Switching from Arabic to English for the benefit of coalition leaders in the audience, Allawi said: "We're grateful to the national alliance led by the Americans who have sacrificed so much to liberate us."
More than 800 U.S. service members have been killed since the invasion of Iraq in March 2003.
Coalition troops are fighting a Sunni insurgency in the capital and areas to the west and north as well as a Shiite revolt in Baghdad and in the south. Suicide bombings have claimed hundreds of lives across the nation.
The lack of security is blamed for everything from insufficient power supplies to a slow economic recovery.
"The world and your neighbors expect you to bring about security, stability for the people of Iraq who have suffered enough," Brahimi, the U.N. envoy, told the new government.
Tuesday's announcement capped four weeks of deliberations by Brahimi, the coalition, the Governing Council and thousands of Iraqis whose advice and views he sought.
The deadlock over the presidency delayed the Cabinet announcement by one day and threatened a rift with the Americans at a time when Washington is under pressure internationally to grant Iraqis full sovereignty.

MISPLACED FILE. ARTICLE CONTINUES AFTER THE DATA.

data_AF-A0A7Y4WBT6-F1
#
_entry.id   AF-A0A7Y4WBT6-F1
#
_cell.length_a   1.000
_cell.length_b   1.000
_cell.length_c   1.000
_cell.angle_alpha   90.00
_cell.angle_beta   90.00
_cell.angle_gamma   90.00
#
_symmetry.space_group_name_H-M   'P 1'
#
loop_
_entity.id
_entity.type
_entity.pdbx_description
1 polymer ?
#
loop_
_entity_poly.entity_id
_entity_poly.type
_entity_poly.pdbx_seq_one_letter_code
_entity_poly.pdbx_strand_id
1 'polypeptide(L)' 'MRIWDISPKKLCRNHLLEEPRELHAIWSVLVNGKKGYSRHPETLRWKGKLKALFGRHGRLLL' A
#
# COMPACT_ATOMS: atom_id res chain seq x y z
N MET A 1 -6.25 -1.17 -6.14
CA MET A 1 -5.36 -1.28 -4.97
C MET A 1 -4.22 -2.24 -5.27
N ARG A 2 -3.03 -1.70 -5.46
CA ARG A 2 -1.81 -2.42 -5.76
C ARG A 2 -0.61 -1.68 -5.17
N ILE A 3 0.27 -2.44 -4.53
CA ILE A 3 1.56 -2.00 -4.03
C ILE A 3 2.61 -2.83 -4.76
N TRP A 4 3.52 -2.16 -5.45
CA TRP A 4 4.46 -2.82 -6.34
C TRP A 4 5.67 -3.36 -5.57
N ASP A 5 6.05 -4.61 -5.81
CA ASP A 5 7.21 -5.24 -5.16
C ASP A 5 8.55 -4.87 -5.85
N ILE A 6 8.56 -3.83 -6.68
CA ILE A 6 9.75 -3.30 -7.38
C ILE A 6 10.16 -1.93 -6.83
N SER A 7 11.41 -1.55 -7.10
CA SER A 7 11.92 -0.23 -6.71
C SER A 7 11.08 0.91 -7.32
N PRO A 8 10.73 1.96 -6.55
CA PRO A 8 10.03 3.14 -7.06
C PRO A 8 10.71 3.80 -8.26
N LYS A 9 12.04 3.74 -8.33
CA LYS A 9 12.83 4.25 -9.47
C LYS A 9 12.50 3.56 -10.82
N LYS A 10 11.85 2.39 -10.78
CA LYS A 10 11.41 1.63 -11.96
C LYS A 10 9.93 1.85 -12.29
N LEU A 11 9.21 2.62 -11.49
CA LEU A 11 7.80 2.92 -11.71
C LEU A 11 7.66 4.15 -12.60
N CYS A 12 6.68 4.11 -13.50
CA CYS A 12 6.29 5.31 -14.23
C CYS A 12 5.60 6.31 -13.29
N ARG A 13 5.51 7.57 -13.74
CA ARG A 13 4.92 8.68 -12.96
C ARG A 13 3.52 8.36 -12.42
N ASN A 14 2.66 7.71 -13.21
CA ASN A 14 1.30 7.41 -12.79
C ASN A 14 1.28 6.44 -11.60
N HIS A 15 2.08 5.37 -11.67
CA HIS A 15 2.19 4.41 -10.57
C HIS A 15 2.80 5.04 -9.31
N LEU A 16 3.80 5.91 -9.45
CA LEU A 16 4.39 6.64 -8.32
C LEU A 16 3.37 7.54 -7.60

According to Iraqi politicians, the Americans insisted that Adnan Pachachi, a former foreign minister, become president. Most of the Governing Council wanted al-Yawer, a 45-year-old engineer and tribal leader. Pachachi, an 81-year-old Sunni Muslim, told reporters he turned down the presidency for "personal reasons."
The two vice presidencies went to Ibrahim al-Jaafari, of the Shiite Muslim Dawa party, and Rowsch Shaways, speaker of parliament in the Kurdish autonomous region in northern Iraq.
At the welcoming ceremony, al-Yawer pledged to rise "above sectarianism and divisions" and restore Iraq's "civilized face."
Al-Yawer has repeatedly spoken against the U.S.-led occupation, but never advocated violence.